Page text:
SIGNAL(3P) POSIX Programmer's Manual SIGNAL(3P)

This manual page is part of the POSIX Programmer's Manual. The Linux implementation of this interface may differ (consult the corresponding Linux manual page for details of Linux behavior), or the interface may not be implemented on Linux.

signal — signal management

#include <signal.h>
void (*signal(int sig, void (*func)(int)))(int);

The functionality described on this reference page is aligned with the ISO C standard. Any conflict between the requirements described here and the ISO C standard is unintentional. This volume of POSIX.1‐2017 defers to the ISO C standard.

The signal() function chooses one of three ways in which receipt of the signal number sig is to be subsequently handled. If the value of func is SIG_DFL, default handling for that signal shall occur. If the value of func is SIG_IGN, the signal shall be ignored. Otherwise, the application shall ensure that func points to a function to be called when that signal occurs. An invocation of such a function because of a signal, or (recursively) of any further functions called by that invocation (other than functions in the standard library), is called a ``signal handler''.

When a signal occurs, and func points to a function, it is implementation-defined whether the equivalent of a:

signal(sig, SIG_DFL);

is executed or the implementation prevents some implementation-defined set of signals (at least including sig) from occurring until the current signal handling has completed. (If the value of sig is SIGILL, the implementation may alternatively define that no action is taken.) Next the equivalent of:


is executed. If and when the function returns, if the value of sig was SIGFPE, SIGILL, or SIGSEGV or any other implementation-defined value corresponding to a computational exception, the behavior is undefined. Otherwise, the program shall resume execution at the point it was interrupted. The ISO C standard places a restriction on applications relating to the use of raise() from signal handlers. This restriction does not apply to POSIX applications, as POSIX.1‐2008 requires raise() to be async-signal-safe (see Section 2.4.3, Signal Actions).

If the process is multi-threaded, or if the process is single-threaded and a signal handler is executed other than as the result of:

The process calling abort(), raise(), kill(), pthread_kill(), or sigqueue() to generate a signal that is not blocked
A pending signal being unblocked and being delivered before the call that unblocked it returns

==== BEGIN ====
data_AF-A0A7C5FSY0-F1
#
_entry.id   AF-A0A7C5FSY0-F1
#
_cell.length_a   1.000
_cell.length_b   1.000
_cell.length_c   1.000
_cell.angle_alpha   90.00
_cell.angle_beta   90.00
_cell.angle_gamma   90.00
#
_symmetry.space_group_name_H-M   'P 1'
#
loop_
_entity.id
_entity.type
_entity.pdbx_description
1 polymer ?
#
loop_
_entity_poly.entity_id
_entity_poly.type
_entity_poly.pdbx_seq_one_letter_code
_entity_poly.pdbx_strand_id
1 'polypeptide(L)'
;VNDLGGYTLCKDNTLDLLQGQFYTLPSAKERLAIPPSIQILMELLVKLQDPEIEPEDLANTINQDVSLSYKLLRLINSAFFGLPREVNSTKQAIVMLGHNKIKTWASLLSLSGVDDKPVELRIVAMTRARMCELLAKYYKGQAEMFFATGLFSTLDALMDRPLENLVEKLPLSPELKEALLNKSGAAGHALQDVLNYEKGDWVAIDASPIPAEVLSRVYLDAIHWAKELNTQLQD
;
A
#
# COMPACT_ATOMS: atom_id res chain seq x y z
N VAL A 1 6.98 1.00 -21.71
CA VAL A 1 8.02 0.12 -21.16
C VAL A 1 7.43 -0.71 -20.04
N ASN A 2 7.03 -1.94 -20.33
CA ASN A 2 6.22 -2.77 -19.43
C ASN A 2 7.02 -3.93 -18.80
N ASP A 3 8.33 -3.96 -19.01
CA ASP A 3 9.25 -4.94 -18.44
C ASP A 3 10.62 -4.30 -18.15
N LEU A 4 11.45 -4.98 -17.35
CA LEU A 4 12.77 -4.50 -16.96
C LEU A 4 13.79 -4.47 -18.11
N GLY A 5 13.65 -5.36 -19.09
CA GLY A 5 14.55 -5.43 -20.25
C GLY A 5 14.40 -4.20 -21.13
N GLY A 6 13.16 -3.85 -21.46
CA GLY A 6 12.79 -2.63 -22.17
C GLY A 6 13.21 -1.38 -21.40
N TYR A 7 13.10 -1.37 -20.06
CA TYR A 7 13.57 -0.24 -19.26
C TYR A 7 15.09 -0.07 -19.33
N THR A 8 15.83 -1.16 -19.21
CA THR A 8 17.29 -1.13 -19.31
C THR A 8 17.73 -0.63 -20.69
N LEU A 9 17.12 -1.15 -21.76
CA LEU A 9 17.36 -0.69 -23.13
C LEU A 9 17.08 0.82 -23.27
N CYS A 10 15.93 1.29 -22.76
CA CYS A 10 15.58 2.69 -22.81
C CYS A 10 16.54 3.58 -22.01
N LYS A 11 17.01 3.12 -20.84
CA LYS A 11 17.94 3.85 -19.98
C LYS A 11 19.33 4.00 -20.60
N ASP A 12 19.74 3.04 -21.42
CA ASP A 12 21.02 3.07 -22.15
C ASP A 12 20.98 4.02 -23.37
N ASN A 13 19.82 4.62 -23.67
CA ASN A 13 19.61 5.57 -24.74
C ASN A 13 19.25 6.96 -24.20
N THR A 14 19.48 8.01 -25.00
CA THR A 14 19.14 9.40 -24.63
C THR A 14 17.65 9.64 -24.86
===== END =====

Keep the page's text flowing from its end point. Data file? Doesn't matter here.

the behavior is undefined if the signal handler refers to any object other than errno with static storage duration other than by assigning a value to an object declared as volatile sig_atomic_t, or if the signal handler calls any function defined in this standard other than one of the functions listed in Section 2.4, Signal Concepts.

At program start-up, the equivalent of:

signal(sig, SIG_IGN);

is executed for some signals, and the equivalent of:

signal(sig, SIG_DFL);

is executed for all other signals (see exec).

The signal() function shall not change the setting of errno if successful.

If the request can be honored, signal() shall return the value of func for the most recent call to signal() for the specified signal sig. Otherwise, SIG_ERR shall be returned and a positive value shall be stored in errno.

The signal() function shall fail if:

The sig argument is not a valid signal number or an attempt is made to catch a signal that cannot be caught or ignore a signal that cannot be ignored.

The signal() function may fail if:

An attempt was made to set the action to SIG_DFL for a signal that cannot be caught or ignored (or both).

The following sections are informative.


The sigaction() function provides a more comprehensive and reliable mechanism for controlling signals; new applications should use sigaction() rather than signal().



Section 2.4, Signal Concepts, exec, pause(), raise(), sigaction(), sigsuspend(), waitid()

The Base Definitions volume of POSIX.1‐2017, <signal.h>

Portions of this text are reprinted and reproduced in electronic form from IEEE Std 1003.1-2017, Standard for Information Technology -- Portable Operating System Interface (POSIX), The Open Group Base Specifications Issue 7, 2018 Edition, Copyright (C) 2018 by the Institute of Electrical and Electronics Engineers, Inc and The Open Group. In the event of any discrepancy between this version and the original IEEE and The Open Group Standard, the original IEEE and The Open Group Standard is the referee document. The original Standard can be obtained online at .

Any typographical or formatting errors that appear in this page are most likely to have been introduced during the conversion of the source files to man page format. To report such errors, see .

2017 IEEE/The Open Group